Kudos to Mayor Eric Adams for delivering on a major quality-of-life campaign vow: not letting rodent-feeding garbage linger on the streets so long.
Decades into New York City’s garbage wars, Sanitation Commissioner Jessica Tisch looks to have turned the tide in the battle with the rats. She has cut a deal with 32BJ SEIU, the key union for the building staff who have to put out trash for collection — which condemned Adams’ idea during last year’s campaign.
The plan will have most large residential buildings put their trash on the curb at 8 p.m. — not 4 p.m., as now. Buildings can also register for Sanitation routes that let them set it out in the early morning, 4 a.m. to 7 a.m.. In all, this should cut the time bags sit on the sidewalk from about 14 hours to just four.
Businesses like stores and eateries will be required to put their waste out at 8 p.m. or keep it in plastic bins (not just bags) on the curbside before closing. New trash bins will help make the garbage less rodent-attractive. A new midnight collection shift will make pickup quicker and less polluting, as it’s done when there’s less traffic. (New holiday collections are a plus, too.)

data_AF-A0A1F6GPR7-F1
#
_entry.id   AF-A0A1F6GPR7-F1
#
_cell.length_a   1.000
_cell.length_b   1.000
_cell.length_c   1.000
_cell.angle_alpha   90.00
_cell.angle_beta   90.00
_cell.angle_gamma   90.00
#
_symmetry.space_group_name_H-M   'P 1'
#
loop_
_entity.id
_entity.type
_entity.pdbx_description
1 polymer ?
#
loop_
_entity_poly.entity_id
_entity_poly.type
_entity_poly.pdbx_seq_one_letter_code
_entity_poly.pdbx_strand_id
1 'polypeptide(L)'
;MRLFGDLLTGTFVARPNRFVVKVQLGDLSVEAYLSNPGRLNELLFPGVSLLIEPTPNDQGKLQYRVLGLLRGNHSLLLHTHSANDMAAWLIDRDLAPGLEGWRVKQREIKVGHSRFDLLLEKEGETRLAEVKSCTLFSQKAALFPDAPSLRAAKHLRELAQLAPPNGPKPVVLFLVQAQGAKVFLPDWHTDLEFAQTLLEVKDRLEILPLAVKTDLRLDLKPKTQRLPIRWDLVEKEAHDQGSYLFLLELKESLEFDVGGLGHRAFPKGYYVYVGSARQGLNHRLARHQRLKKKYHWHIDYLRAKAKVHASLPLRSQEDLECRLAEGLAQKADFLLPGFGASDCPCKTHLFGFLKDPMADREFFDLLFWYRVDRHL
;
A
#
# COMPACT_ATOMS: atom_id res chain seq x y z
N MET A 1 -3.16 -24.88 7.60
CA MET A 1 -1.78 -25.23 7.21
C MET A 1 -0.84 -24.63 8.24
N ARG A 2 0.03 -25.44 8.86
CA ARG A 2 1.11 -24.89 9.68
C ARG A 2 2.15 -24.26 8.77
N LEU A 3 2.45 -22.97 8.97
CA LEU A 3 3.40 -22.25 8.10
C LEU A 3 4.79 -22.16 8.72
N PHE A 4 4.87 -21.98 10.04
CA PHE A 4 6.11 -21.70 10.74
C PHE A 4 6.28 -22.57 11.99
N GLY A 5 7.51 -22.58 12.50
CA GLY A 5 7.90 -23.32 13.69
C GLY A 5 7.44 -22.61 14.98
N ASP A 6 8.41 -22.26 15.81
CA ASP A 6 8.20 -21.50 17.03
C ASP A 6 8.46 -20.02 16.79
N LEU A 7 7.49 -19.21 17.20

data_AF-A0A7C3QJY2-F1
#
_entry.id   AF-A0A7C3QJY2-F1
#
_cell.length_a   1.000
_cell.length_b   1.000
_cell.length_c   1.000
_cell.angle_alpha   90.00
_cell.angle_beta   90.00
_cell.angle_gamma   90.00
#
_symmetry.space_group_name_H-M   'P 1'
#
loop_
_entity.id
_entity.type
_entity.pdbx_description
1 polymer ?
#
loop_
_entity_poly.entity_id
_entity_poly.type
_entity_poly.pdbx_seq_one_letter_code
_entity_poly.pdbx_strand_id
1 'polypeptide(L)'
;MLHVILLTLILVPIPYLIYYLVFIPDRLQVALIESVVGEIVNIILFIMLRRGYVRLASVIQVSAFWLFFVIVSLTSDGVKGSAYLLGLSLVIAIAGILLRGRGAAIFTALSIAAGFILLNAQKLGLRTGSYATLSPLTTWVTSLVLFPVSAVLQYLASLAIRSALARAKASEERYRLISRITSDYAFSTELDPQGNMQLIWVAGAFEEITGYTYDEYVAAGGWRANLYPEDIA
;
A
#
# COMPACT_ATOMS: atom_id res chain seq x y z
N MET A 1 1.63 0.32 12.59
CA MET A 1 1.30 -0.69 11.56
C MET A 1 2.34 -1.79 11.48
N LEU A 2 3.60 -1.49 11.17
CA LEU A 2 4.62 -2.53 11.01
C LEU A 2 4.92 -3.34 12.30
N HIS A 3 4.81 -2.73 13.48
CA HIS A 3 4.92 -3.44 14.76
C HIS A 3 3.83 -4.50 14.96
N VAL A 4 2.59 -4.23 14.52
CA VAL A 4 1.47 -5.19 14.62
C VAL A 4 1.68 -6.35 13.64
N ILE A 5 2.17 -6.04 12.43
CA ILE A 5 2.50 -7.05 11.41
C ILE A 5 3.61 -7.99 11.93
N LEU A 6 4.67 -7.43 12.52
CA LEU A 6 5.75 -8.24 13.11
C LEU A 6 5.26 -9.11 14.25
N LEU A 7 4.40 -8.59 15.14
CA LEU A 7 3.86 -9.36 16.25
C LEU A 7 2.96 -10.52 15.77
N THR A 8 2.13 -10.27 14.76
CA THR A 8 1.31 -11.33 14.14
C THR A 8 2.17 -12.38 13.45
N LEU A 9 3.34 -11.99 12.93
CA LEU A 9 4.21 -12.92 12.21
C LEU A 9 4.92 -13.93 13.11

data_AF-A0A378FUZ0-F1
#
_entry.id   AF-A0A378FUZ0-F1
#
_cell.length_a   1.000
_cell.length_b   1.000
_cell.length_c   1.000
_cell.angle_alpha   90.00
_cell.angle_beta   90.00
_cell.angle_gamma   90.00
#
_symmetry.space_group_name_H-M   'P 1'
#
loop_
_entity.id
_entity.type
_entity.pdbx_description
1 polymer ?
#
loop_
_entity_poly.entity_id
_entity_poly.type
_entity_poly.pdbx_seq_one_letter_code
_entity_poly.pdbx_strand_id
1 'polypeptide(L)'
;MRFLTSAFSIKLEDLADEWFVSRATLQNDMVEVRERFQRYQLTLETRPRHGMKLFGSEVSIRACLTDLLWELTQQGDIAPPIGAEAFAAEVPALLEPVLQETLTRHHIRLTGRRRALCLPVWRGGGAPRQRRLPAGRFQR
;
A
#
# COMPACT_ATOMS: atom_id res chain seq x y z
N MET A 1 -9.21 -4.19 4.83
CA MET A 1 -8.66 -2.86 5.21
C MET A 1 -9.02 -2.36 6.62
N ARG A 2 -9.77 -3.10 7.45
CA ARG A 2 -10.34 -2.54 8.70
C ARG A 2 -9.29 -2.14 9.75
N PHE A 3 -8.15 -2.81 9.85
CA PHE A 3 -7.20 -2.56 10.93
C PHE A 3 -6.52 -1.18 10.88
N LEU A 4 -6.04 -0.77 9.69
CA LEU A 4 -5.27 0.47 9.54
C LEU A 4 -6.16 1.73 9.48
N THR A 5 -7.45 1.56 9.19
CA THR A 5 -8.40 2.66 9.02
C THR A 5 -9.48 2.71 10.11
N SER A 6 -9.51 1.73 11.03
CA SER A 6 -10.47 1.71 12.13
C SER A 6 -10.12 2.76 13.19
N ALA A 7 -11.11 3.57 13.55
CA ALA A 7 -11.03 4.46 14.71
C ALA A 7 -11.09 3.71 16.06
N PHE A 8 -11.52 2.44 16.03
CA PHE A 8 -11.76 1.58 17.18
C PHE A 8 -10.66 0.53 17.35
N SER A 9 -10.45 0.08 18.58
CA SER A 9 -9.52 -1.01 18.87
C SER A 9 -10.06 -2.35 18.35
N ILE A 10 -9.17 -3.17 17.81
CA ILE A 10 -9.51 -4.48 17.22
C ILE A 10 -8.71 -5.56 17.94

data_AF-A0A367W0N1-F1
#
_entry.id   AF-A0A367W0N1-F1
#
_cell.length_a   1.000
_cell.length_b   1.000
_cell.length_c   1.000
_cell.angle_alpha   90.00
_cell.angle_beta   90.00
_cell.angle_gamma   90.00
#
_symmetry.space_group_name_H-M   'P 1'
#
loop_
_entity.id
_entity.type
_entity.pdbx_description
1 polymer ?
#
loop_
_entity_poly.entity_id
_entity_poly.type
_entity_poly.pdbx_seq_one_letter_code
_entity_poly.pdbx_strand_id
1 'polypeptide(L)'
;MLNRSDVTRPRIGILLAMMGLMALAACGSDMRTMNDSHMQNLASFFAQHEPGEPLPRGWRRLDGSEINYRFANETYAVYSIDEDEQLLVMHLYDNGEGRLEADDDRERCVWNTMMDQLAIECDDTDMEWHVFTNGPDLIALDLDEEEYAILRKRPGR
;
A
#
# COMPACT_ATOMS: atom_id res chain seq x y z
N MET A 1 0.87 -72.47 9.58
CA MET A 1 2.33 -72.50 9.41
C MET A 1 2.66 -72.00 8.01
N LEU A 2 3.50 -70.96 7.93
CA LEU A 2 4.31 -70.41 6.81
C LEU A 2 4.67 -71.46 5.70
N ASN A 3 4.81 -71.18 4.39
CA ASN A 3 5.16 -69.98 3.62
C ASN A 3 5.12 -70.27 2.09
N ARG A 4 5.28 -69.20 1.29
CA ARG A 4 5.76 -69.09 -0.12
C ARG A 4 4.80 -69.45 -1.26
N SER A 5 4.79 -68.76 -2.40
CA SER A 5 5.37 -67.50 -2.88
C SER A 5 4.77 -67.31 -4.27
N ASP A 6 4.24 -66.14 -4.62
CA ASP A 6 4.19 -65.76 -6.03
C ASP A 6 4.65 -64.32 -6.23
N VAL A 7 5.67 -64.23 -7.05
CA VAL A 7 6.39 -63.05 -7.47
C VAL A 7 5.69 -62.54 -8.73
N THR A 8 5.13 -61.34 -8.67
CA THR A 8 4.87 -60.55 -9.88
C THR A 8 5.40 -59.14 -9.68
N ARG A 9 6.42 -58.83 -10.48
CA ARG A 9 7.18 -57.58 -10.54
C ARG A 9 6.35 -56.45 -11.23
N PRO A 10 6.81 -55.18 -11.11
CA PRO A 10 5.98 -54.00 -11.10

A lot remains to be done between now and finalized rules and the run-up to full implementation starting next April. (At least the weather’s turned colder, or we’d push for faster progress.)
Congrats to Team Adams for bringing Gotham in line with other major cities — and without having to spend more to do it. (This, when the last mayor gave us reduced service and filthier streets.)
This is a big quality-of-life win — well, except for the rats.